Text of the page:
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The story goes that in 1898 a South African diamond magnate by the name of Woolf Joel was visiting London and held a banquet at the famous Savoy Hotel before returning home. At the last minute one of his guests had to cancel, leaving thirteen to sit at table, which one guest said was unlucky. After a successful dinner, Joel said his goodbyes and rose to leave; the same guest then said that the first person to leave would also be unlucky and would be the first to die. Joel was not superstitious and thought this remark very amusing but a few weeks later he was shot dead in his Johannesburg office.
For some years after those events, anxious to avoid a similar incident that could damage their reputation, the Savoy provided a member of the hotel staff to sit at tables of thirteen, to avoid the unlucky number, but the idea proved unpopular with guests wanting to talk about personal or private matters; so in 1926 a new solution was found. British architect and sculptor Basil Ionides was commissioned to design and carve a two-foot-high model of a black cat, which he produced from a single piece of London plane.Named Kaspar, for many years the cat resided in his own display case in the hotel foyer, except when needed for 'dinner duty' (see below). Following an extensive and expensive restoration costing £220 million, or about 350 million US dollars at the time that took almost three years, the Savoy Hotel reopened on 10-10-2010 and Kaspar returned to a place in the foyer from where he greets arriving guests. He has resumed his duties as a fourteenth guest when requested, in particular in the famous Savoy Grill restaurant.
Whenever a party of thirteen requests an extra guest to avoid the unlucky thirteen, he is brought to sit at table, has a napkin tied around his neck and is served every course, just like any other guest. Winston Churchill became very fond of Kaspar, to the extent that he insisted the cat should be present at every meeting of The Other Club, a political dining club he had founded in 1911, and so Kaspar has been at all the fortnightly meetings always held at the Savoy since 1927. (When, during World War 2, Kaspar was catnapped on one occasion by some mischievous Royal Air Force personnel and flown to Singapore, it was Churchill himself who demanded the cat's immediate return!)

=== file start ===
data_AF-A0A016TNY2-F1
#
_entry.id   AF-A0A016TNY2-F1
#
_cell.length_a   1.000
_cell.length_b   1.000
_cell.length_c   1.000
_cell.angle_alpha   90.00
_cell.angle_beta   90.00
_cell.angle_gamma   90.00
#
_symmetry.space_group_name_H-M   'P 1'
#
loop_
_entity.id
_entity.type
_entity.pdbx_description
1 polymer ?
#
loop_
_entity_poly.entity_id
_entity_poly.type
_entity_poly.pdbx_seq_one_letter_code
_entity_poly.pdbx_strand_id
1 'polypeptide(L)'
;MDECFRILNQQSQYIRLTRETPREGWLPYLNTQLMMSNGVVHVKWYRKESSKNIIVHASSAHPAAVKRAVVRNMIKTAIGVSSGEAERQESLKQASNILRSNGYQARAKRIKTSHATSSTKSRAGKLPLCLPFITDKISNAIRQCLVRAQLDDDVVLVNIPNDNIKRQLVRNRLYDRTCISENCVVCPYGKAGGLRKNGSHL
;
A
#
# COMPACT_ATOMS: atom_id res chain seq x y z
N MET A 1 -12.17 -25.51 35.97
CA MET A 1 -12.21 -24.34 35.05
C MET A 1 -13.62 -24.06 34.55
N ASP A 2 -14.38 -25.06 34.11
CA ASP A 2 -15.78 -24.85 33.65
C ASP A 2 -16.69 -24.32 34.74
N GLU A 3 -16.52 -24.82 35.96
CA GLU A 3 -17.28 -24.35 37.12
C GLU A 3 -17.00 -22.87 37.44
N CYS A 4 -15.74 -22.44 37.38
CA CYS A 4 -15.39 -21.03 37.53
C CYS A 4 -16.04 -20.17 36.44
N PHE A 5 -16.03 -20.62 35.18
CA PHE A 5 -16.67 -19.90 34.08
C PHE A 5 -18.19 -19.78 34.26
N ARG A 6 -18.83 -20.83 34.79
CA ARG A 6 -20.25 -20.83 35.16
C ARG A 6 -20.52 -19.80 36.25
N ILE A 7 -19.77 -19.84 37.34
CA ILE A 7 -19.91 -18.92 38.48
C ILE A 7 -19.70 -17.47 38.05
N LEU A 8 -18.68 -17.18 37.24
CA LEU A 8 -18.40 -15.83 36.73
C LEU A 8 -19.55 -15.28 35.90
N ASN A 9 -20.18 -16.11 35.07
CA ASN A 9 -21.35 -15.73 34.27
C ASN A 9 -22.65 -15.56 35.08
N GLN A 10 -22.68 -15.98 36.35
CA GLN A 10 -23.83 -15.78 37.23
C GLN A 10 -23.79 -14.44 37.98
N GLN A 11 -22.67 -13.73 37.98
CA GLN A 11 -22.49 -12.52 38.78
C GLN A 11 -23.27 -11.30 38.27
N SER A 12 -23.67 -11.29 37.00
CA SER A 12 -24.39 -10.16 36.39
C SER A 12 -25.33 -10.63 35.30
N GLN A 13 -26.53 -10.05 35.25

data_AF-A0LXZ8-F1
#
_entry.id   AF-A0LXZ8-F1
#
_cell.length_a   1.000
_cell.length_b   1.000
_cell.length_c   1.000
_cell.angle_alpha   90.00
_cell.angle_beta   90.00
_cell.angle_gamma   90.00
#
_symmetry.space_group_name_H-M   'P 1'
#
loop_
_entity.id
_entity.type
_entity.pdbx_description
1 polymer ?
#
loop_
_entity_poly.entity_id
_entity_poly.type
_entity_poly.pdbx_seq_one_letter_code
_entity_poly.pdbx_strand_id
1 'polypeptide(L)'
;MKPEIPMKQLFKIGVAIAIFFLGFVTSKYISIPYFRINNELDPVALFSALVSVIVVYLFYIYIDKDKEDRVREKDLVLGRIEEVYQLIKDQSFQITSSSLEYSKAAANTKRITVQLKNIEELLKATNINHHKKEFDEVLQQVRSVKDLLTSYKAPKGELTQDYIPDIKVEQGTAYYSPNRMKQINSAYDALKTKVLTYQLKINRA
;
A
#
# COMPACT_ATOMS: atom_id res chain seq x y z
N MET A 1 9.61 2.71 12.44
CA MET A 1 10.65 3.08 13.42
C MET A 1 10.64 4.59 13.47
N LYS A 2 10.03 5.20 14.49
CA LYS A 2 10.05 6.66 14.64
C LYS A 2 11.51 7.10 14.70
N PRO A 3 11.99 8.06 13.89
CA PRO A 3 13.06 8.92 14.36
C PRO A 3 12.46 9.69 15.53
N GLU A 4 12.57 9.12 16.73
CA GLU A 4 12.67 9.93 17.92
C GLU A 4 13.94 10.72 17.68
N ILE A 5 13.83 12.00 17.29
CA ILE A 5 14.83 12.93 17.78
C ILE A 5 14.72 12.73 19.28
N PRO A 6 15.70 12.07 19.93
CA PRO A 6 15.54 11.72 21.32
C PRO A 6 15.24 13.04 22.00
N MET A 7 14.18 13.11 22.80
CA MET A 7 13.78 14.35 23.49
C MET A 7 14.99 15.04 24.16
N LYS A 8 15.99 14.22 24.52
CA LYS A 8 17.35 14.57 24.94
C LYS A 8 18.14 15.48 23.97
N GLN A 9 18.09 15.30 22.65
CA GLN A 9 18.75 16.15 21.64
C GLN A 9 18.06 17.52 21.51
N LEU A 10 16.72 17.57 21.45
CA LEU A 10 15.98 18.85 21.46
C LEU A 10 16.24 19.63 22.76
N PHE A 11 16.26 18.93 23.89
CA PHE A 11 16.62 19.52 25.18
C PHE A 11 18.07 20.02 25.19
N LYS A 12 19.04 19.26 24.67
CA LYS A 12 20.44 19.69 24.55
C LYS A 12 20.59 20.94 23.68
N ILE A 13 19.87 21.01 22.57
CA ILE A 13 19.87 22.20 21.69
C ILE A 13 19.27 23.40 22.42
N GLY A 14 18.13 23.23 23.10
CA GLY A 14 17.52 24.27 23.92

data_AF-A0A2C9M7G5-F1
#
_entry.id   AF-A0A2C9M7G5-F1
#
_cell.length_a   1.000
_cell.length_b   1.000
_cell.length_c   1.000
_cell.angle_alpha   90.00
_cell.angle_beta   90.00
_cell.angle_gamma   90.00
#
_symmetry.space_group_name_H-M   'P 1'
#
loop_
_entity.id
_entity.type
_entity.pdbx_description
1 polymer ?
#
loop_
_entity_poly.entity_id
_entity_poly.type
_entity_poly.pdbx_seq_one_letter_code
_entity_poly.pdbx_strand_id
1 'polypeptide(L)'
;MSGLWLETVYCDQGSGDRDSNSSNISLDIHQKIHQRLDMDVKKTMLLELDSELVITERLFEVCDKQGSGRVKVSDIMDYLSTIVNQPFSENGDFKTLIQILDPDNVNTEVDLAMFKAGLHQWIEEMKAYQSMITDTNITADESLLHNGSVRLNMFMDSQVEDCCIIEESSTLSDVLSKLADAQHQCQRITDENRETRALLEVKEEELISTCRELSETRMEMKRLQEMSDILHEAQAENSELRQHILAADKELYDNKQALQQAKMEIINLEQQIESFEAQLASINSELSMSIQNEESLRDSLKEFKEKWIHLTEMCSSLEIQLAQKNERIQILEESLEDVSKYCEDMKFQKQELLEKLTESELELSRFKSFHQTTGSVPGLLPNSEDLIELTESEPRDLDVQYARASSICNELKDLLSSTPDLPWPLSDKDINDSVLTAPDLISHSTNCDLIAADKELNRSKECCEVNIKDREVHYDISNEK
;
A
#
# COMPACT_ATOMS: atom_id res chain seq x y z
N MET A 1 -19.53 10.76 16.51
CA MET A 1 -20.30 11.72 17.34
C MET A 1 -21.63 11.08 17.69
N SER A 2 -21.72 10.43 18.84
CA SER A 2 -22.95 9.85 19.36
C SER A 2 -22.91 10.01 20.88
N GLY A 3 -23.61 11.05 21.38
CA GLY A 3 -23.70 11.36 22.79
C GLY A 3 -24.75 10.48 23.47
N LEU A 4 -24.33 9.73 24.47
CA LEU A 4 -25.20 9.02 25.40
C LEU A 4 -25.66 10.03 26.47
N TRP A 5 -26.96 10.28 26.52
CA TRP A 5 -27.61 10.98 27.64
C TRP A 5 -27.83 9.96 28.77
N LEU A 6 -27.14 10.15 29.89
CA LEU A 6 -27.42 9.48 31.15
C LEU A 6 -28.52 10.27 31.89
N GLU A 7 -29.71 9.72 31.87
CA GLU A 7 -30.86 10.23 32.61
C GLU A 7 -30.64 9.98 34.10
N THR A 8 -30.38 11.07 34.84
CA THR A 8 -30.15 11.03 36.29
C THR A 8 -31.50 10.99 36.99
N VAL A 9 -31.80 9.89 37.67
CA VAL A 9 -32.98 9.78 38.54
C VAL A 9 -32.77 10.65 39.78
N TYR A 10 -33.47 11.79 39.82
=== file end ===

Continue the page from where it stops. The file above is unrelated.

Kaspar has an understudy!
On 2 May 2013 the Savoy relaunched one of its restaurants as Kaspar's Seafood Bar & Grill, said to offer guests a more casual dining experience than the earlier River Restaurant. Kaspar's image is used as the restaurant's logo (left). To honour Kaspar and pay tribute to his 86 years of service, a new anamorphic sculpture was commissioned from South African artist Jonty Hurwitz, and this sculpture presides over the new venue.
There are two theories as to the origin of the number thirteen being unlucky. One derives from Norse mythology, in which twelve Gods sat down to a banquet in Valhalla. The evil spirit Loki gatecrashed the party as thirteenth member of the party and killed the Gods' favourite, Balder. Thirteen also has significance to Christians, as there were thirteen people at the Last Supper, and the traitor Judas Iscariot was the thirteenth and last to arrive. As to why a cat the animals have held an important role in mythology and superstition over the centuries, and black cats in particular are considered by many cultures to be lucky.
The Savoy Hotel's cat was the inspiration for Michael Morpurgo's children's story Kaspar, Prince of Cats. MM was resident writer at the Savoy for a period during 2007.
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Our featured feline at the head of the page is Socks, pictured in 2003 surveying his 'estate' in the early morning sunshine. Affectionately known as Soxy, he blossomed from a thin and hungry stray into a substantial and handsome cat who loved life and company, and his gentle ways endeared him to many friends. He is now no longer with us, but you can read more from his human companion here.
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